Kiosk Browser

What Does Kiosk Browser Mean?

A kiosk browser is a restrictive Web browser that only allows for partial Internet access or partial computer operations. It is called a kiosk browser because this type of browser is commonly installed in public kiosks, where the computers are for public use.

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Techopedia Explains Kiosk Browser

The idea behind the kiosk browser is that, when a computer station is intended for a mass audience, it is important to restrict the user to certain pages that are authorized, not objectionable, and legal for all ages. To that end, kiosk browsers have been designed to keep users within a certain “walled garden” and keep their experience positive and relevant to the task.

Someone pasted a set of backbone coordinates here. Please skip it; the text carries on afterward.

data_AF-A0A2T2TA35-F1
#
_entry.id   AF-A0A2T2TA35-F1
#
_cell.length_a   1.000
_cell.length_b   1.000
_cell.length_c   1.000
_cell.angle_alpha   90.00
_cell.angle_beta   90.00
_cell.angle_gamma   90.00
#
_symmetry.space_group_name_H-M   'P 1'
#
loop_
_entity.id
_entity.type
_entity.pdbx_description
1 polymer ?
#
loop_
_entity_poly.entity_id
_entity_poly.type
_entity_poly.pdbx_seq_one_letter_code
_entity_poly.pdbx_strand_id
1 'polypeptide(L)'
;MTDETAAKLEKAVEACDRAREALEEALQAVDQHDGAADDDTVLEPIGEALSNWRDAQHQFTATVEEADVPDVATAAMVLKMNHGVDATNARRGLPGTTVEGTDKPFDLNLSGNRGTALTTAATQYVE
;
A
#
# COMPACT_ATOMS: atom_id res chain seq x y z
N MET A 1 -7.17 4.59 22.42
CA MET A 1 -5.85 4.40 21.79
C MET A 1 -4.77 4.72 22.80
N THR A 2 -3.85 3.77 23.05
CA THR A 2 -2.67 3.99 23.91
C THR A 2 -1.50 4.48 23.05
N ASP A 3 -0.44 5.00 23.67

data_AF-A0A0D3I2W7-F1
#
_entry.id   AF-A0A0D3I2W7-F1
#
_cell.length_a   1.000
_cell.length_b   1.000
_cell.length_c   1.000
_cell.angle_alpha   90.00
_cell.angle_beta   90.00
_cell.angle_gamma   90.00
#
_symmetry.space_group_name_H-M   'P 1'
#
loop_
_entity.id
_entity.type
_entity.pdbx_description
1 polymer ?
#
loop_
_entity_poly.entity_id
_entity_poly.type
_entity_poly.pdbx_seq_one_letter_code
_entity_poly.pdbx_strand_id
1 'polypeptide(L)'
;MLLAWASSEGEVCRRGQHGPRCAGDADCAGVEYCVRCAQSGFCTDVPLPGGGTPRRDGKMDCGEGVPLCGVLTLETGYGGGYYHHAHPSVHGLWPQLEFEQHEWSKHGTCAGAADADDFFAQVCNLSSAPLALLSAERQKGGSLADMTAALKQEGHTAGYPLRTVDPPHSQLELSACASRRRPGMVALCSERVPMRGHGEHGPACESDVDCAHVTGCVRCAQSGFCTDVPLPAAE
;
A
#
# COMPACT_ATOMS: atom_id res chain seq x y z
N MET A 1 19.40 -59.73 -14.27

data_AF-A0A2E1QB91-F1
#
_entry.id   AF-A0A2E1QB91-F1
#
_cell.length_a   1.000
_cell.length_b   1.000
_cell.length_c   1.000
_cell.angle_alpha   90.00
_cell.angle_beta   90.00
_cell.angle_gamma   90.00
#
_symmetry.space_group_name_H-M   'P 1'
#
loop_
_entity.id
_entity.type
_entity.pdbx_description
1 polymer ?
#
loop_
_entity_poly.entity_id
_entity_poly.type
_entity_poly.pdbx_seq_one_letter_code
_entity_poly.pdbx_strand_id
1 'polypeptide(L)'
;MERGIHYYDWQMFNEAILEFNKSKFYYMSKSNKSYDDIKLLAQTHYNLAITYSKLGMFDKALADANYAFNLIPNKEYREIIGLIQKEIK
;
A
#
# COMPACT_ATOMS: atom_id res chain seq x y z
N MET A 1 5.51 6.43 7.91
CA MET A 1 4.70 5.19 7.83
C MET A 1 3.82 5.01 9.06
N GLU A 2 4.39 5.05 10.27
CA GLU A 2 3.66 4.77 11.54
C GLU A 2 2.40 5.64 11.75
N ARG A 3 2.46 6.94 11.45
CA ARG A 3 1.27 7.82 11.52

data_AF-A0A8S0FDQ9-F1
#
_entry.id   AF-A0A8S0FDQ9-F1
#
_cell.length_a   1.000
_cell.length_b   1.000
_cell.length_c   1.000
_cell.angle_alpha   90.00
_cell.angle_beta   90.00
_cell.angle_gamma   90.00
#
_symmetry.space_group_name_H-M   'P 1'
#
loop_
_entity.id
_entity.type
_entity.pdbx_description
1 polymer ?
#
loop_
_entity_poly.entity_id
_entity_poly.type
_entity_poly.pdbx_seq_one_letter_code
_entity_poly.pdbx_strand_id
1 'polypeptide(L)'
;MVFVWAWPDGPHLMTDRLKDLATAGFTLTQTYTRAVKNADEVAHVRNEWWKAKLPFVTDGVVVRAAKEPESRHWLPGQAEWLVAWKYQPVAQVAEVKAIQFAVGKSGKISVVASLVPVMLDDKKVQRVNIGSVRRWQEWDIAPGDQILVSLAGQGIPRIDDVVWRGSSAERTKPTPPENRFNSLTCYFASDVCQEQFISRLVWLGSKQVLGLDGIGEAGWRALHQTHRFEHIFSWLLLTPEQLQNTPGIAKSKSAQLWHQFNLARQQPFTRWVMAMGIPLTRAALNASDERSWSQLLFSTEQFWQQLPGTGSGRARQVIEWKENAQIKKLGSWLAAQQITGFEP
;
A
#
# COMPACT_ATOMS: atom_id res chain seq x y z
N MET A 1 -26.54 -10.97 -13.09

In a similar type of setting, certain Web browsers include a “kiosk mode,” which prevents users from accessing offline files on a workstation or personal computer. The idea here is that, if the computer is being used by someone other than the owner, then the guest user should not be allowed to access offline files that are personal.

In general, a kiosk browser works similarly to filtering and parental control software that limits a user’s experience in particular ways.

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Margaret Rouse

Margaret is an award-winning technical writer and teacher known for her ability to explain complex technical subjects to a non-technical business audience. Over the past twenty years, her IT definitions have been published by Que in an encyclopedia of technology terms and cited in articles by the New York Times, Time Magazine, USA Today, ZDNet, PC Magazine, and Discovery Magazine. She joined Techopedia in 2011. Margaret's idea of a fun day is helping IT and business professionals learn to speak each other’s highly specialized languages.